These pics offer a sample of the sort of Mexican-themed eateries one encounters in the commercial part of Old Town, which runs several blocks south of the State Park along San Diego Avenue. Lots of seating outdoors, an eyeful of festive colors and a cool, laid-back Southern California atmosphere.
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Who’s that person at the microphone in the Spreckels Organ Pavilion? It looks like Robert Plimpton, San Diego’s Civic Organist Emeritus! Most of the time he uses his amazing musical talent as resident Organist of the First United Methodist Church.
Robert Plimpton was San Diego’s official Civic Organist from 1984 to 2000, when Dr. Carol Williams (first woman in the United States to be appointed Civic Organist) took his place. She happened to be out of town, so he returned for last Sunday’s free public concert in Balboa Park . . . and played magnificently, of course!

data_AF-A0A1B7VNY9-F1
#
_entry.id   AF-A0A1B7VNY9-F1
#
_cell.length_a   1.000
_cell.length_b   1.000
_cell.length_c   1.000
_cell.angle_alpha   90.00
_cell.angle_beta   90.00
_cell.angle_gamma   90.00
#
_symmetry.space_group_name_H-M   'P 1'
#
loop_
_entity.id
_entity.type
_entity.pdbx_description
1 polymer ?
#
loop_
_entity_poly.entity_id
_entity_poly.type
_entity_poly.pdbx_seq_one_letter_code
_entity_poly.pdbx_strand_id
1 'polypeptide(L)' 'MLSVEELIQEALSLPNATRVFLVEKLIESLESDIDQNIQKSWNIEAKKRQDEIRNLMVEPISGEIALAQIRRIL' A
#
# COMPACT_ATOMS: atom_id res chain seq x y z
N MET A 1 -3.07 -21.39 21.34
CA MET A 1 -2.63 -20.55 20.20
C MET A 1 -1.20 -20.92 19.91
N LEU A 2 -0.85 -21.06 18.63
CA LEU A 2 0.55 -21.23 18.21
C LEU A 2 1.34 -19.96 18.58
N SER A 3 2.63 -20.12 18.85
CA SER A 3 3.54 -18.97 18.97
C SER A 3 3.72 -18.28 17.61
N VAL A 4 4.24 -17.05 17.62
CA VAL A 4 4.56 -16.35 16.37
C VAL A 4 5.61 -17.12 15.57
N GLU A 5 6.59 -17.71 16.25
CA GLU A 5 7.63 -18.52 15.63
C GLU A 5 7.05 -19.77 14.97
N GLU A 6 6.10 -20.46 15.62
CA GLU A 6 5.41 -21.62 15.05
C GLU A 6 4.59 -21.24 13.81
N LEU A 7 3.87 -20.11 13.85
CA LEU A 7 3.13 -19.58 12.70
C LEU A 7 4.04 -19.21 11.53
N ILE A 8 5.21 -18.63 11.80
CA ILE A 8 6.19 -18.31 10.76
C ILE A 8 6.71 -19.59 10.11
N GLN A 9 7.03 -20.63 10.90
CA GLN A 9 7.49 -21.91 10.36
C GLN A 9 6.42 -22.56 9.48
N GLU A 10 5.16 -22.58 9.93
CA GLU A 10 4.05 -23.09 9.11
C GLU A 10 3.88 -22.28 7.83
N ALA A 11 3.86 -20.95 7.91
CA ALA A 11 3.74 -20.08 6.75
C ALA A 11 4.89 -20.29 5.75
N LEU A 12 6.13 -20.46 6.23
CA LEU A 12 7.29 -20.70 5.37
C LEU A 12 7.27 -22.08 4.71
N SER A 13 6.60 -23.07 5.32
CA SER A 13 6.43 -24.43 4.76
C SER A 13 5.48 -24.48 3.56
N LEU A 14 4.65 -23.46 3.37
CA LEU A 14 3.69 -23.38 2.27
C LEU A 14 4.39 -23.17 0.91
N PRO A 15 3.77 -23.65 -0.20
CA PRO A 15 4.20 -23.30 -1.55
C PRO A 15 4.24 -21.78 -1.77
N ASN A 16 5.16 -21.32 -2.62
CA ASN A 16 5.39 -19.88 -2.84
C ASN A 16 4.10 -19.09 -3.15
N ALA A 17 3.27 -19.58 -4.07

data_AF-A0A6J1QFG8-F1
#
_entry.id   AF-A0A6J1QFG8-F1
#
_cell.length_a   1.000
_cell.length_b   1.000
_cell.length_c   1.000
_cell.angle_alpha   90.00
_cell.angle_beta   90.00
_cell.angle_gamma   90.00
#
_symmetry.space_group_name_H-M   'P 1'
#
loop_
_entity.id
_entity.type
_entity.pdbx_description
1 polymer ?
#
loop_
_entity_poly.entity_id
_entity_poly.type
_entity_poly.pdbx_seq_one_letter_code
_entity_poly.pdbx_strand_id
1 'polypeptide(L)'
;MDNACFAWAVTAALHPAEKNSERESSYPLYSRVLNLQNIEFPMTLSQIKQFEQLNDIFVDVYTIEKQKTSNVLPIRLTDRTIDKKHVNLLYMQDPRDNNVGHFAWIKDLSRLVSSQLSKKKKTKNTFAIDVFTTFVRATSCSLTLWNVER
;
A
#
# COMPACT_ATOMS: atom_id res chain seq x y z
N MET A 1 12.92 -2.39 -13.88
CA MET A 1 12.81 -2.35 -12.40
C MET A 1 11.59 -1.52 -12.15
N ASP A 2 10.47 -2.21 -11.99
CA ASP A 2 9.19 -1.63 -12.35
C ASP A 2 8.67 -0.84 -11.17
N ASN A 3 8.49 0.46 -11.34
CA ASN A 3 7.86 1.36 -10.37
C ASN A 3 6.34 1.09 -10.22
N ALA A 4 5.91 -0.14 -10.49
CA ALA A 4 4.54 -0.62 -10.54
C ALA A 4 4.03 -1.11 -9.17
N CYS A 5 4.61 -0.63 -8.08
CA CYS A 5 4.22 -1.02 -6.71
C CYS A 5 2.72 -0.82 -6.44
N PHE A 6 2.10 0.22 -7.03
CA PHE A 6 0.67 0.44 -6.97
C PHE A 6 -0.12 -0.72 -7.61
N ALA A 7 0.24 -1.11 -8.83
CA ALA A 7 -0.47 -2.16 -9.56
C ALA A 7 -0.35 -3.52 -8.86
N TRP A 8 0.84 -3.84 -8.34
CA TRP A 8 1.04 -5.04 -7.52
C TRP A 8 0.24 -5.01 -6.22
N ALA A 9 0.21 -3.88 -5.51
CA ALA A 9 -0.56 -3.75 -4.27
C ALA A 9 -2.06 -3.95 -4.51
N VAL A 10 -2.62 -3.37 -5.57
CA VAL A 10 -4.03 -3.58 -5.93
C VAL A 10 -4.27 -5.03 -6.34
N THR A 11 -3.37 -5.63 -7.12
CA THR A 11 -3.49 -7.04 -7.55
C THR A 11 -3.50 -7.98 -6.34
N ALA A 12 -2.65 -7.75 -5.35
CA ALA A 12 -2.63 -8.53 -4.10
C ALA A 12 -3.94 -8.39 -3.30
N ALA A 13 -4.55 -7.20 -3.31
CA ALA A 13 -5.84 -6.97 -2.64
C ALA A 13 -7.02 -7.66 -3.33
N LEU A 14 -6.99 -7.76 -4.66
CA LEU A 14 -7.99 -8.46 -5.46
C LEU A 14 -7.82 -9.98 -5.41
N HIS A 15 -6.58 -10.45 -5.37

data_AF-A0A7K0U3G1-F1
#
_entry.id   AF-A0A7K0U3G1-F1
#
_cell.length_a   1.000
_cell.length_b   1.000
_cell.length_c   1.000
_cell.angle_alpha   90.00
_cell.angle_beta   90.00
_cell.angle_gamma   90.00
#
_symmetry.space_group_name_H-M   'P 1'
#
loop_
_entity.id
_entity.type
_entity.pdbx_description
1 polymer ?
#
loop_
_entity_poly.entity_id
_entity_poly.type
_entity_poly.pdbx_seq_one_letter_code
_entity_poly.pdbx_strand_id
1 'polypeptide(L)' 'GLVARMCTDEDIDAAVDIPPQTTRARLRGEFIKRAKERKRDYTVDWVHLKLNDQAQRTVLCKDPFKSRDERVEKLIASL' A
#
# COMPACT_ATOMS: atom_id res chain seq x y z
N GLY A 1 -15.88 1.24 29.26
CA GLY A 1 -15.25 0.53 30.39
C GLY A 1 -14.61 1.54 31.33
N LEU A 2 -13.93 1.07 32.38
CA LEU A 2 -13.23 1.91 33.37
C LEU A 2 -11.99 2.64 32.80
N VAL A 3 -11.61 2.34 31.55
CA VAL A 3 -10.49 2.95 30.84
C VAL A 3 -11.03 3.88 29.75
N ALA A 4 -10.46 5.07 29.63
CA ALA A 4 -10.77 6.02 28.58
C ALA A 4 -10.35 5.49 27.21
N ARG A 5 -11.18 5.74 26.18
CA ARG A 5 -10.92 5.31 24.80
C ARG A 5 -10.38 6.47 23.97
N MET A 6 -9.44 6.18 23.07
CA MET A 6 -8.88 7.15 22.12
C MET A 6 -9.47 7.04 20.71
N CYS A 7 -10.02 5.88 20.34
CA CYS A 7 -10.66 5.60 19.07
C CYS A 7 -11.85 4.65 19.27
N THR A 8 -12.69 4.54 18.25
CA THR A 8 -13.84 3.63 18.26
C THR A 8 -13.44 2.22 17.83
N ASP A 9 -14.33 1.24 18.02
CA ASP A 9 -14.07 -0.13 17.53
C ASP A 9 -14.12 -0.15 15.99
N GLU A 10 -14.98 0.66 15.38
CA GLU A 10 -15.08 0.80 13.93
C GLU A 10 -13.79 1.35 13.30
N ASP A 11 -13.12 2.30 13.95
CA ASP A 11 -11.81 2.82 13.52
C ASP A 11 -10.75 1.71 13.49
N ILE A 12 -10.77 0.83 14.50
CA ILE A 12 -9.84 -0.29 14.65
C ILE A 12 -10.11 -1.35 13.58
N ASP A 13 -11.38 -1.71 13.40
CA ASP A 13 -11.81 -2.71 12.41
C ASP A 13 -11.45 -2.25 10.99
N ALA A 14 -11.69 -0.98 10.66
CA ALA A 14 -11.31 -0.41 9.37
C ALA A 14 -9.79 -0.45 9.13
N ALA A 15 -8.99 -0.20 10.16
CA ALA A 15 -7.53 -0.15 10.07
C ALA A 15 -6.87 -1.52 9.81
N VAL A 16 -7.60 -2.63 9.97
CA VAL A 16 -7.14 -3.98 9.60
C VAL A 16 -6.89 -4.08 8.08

I tried to get a good photo of the organ’s enormous pipes, but the images turned out too shadowy. I’ll try again at some future time!
Here’s a photo I took in late 2015, during Balboa Park’s yearlong centennial celebration.
It must be around two o’clock on a Sunday afternoon. Time for the weekly free concert at Balboa Park’s Spreckels Organ Pavilion!
Crowds gather in the sun under colorful umbrellas to listen to the majestic sound of the Spreckels Organ, one of the largest outdoor organs in the world. The city of San Diego employs an official Civic Organist, none other than Dr. Carol Williams, one of the top performing organists in the world! Each Sunday she plays classical music, jazz, marches . . . and occasionally one of her excellent original compositions. The Spreckels Organ Society helps to raise funds to keep the tradition of free public concerts alive. It’s a tradition that has lasted a hundred years!
The beautiful Spreckels Organ Pavilion is used for various concerts and events throughout the year, including the yearly December Nights festival around Christmas. It’s also a favorite venue for wedding photography. The ornate, elegant architecture makes it interesting to visit even when the stage and benches are empty.
Late this morning, loads of Padres fans anticipating a great baseball game were entering Petco Park from its east side. Before filing through the gate and past the cool new Jerry Coleman memorial, they passed this colorful vendor. All sorts of Padres gear was on display for supportive fans.